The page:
Calvo Blesa said the program is sure to grow since marketing efforts will start in ALHS freshman classes. Padilla-Pater said MSU Denver hopes to offer three sections, up from two, of SPA 2110 in the fall. Concurrent-enrollment programs are growing in Colorado. According to a report from the state Department of Higher Education and the state Department of Education, about 30,000 Colorado students participated in a CE program in the 2016-17 school year, up more than 10 percent from 2015-16.
A solution to funding is being worked out. For now, the costs are shared by DPS and MSU Denver; students don’t pay for anything. Scholarship sources are being researched, and anyone interested in donating is encouraged to contact the Department of Modern Languages.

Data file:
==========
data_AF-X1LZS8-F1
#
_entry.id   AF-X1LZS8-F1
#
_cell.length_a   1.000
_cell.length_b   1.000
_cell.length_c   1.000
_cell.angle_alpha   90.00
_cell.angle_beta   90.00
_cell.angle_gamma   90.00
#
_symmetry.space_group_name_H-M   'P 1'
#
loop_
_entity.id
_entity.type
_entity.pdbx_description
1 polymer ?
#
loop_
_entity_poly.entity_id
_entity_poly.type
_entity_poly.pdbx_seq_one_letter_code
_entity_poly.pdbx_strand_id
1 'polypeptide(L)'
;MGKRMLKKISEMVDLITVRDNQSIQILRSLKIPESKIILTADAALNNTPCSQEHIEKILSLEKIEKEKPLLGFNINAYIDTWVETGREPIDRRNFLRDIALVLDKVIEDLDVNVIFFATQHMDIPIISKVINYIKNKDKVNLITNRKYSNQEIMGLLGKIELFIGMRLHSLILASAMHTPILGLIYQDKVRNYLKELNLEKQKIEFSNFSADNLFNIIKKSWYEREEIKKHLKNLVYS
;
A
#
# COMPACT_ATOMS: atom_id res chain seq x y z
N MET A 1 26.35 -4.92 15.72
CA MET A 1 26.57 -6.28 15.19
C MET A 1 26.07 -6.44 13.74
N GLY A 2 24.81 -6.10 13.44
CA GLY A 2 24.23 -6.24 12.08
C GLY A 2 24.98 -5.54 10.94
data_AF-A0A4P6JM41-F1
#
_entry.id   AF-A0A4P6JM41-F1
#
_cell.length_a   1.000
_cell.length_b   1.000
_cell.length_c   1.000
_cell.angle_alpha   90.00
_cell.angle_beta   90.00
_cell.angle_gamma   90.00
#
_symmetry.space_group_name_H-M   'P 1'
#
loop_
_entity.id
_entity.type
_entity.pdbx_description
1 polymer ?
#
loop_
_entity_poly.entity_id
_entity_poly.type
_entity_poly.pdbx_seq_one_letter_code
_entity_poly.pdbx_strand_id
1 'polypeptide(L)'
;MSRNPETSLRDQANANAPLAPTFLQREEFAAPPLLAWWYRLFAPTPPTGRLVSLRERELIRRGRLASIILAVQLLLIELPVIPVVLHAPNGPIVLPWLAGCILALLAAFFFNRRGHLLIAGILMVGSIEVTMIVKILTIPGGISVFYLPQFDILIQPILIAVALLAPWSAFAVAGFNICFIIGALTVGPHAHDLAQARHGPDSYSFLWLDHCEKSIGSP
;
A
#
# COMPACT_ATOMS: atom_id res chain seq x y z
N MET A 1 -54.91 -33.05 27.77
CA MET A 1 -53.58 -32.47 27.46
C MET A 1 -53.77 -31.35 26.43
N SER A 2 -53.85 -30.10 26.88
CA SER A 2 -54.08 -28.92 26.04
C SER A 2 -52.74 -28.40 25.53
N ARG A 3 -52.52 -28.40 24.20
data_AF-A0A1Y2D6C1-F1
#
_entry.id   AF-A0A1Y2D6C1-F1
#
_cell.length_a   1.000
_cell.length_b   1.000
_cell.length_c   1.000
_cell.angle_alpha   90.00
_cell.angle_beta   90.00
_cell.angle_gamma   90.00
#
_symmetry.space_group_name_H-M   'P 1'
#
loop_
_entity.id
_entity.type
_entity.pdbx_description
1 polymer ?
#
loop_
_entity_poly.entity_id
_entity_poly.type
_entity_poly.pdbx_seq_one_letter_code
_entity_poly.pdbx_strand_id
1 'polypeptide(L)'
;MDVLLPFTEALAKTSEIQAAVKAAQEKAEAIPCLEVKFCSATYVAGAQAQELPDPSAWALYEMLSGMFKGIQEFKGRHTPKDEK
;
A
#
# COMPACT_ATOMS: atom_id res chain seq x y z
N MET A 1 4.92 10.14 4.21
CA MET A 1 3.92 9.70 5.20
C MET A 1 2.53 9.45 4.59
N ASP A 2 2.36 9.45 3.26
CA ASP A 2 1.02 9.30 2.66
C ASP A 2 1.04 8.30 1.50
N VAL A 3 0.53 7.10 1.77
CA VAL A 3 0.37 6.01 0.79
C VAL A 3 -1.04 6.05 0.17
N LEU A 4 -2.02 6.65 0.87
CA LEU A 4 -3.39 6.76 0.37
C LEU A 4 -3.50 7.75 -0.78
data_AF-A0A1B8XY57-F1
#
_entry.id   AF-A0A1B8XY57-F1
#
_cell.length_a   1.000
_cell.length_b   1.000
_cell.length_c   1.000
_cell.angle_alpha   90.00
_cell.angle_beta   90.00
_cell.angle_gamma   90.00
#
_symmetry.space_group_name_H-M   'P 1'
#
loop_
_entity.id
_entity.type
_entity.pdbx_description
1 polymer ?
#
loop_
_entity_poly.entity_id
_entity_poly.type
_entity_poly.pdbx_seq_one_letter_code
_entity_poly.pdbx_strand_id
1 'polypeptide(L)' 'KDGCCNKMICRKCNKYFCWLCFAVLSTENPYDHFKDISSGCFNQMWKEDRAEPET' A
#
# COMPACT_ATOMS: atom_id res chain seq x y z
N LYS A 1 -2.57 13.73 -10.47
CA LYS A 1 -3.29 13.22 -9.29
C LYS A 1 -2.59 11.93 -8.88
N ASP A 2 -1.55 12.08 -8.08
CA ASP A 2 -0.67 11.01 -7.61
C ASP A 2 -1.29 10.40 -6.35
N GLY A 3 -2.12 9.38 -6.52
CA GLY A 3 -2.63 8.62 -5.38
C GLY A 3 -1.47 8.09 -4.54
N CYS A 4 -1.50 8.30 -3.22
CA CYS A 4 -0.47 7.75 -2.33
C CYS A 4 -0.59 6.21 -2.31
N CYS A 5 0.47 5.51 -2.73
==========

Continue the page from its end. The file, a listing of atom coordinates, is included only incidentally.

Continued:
Padilla-Pater is proud of the program and all the people who worked diligently on its creation, noting Maria Akrabova, chair of the Department of Modern Languages at MSU Denver, as another key player.
“There are a lot of heroes in this story, and without them it wouldn’t have happened,” Padilla-Pater said. “We’ve created a program to level the playing field and created an opportunity for equal access for these students.”
Calvo Blesa sees this firsthand.
“The program is working wonders,” she said. “The students are excited about the opportunity to go to college with credits already completed.”
And although it felt a bit risky to Castillo to join the program, knowing it would be hard and a lot of work, she encourages others to take the leap.
“Every opportunity that you take will help you in your future,” she said. “Don’t limit yourself. You don’t know what you can do until you take the risk.”